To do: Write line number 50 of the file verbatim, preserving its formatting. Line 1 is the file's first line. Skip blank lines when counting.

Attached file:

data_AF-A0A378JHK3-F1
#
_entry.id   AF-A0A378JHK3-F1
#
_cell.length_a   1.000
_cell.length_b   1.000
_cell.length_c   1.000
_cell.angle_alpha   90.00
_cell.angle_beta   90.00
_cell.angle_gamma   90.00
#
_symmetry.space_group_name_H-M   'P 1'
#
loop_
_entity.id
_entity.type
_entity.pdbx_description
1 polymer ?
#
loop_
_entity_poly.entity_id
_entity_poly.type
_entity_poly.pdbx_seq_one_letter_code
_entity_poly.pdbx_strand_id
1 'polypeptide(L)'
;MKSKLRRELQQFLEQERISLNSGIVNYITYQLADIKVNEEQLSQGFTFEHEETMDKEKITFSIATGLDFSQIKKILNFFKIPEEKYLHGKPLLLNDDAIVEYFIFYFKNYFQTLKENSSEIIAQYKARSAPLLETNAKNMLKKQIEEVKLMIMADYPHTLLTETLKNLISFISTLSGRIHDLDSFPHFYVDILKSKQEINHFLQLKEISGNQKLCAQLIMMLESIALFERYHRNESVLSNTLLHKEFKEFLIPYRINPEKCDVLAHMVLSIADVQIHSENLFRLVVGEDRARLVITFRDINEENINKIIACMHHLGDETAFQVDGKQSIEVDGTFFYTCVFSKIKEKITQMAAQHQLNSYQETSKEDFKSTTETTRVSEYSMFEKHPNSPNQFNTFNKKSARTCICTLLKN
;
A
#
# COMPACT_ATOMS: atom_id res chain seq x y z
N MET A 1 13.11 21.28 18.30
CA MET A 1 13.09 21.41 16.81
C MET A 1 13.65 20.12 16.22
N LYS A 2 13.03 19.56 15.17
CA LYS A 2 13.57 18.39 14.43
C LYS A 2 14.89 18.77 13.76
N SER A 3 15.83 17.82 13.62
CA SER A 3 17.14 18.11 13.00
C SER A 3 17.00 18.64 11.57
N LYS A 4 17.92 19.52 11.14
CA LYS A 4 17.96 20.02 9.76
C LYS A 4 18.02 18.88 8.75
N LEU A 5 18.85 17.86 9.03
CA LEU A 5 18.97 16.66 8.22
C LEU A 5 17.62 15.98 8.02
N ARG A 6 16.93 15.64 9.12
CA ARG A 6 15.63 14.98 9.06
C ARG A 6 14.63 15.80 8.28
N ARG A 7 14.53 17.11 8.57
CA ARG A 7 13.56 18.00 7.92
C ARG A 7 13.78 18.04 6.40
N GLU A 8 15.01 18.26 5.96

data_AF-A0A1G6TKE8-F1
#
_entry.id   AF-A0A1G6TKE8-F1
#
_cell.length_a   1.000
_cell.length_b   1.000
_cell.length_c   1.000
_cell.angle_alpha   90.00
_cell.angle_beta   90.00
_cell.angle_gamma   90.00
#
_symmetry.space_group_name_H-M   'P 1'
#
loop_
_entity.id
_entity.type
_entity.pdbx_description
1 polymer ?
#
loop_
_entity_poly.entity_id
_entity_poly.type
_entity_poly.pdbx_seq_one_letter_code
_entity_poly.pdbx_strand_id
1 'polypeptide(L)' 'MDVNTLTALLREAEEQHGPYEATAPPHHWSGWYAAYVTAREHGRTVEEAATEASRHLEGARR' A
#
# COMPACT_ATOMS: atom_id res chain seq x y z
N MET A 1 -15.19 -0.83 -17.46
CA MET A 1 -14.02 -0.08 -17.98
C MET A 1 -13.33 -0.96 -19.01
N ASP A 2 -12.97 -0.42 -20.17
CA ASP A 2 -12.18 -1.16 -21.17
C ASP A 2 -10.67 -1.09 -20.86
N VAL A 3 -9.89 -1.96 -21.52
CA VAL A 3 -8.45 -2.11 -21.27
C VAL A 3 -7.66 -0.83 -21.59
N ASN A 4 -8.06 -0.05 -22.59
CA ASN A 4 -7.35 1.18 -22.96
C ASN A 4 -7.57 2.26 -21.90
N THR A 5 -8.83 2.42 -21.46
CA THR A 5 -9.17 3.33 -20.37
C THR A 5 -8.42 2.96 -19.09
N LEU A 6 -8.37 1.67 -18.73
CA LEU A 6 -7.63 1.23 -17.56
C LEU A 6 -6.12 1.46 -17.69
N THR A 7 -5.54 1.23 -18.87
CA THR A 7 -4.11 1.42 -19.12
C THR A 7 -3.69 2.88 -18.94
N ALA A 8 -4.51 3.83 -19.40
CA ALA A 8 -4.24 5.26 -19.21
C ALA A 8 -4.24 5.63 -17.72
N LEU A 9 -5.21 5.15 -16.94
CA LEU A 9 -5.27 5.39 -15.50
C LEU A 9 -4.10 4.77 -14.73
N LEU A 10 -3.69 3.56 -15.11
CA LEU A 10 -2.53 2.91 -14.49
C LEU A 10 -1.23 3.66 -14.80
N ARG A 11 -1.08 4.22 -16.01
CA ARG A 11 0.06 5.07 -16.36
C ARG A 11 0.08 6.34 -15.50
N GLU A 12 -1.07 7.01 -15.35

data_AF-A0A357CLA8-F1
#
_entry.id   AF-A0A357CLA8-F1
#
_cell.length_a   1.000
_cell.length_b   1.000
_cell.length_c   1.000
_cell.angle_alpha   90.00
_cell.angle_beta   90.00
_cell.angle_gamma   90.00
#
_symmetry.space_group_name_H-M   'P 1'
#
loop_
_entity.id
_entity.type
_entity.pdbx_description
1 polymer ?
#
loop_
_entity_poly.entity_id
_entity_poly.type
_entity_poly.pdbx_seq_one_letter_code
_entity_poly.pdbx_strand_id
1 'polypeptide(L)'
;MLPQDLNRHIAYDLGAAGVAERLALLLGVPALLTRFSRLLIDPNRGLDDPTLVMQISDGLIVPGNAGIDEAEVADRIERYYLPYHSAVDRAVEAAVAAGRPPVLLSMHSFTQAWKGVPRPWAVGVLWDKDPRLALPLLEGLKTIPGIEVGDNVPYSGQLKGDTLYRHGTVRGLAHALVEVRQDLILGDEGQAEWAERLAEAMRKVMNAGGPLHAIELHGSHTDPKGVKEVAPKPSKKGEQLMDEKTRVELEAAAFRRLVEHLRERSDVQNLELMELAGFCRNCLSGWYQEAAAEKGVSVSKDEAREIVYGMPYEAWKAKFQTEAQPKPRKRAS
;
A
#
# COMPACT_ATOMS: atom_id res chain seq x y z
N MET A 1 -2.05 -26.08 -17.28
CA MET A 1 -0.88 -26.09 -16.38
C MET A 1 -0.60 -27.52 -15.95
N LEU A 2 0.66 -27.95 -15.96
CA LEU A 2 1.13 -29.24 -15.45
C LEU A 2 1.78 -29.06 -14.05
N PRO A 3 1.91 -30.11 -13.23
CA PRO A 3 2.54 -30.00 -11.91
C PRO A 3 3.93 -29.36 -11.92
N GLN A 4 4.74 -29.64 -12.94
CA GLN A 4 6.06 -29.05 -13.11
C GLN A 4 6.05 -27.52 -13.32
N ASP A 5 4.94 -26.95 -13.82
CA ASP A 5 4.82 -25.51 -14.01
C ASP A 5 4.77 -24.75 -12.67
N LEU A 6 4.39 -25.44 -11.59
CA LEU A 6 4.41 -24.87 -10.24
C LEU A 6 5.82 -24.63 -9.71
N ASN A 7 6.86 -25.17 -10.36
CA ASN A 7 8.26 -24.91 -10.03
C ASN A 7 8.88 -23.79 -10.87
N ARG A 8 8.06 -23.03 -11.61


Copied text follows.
CA ARG A 7 13.56 18.00 7.92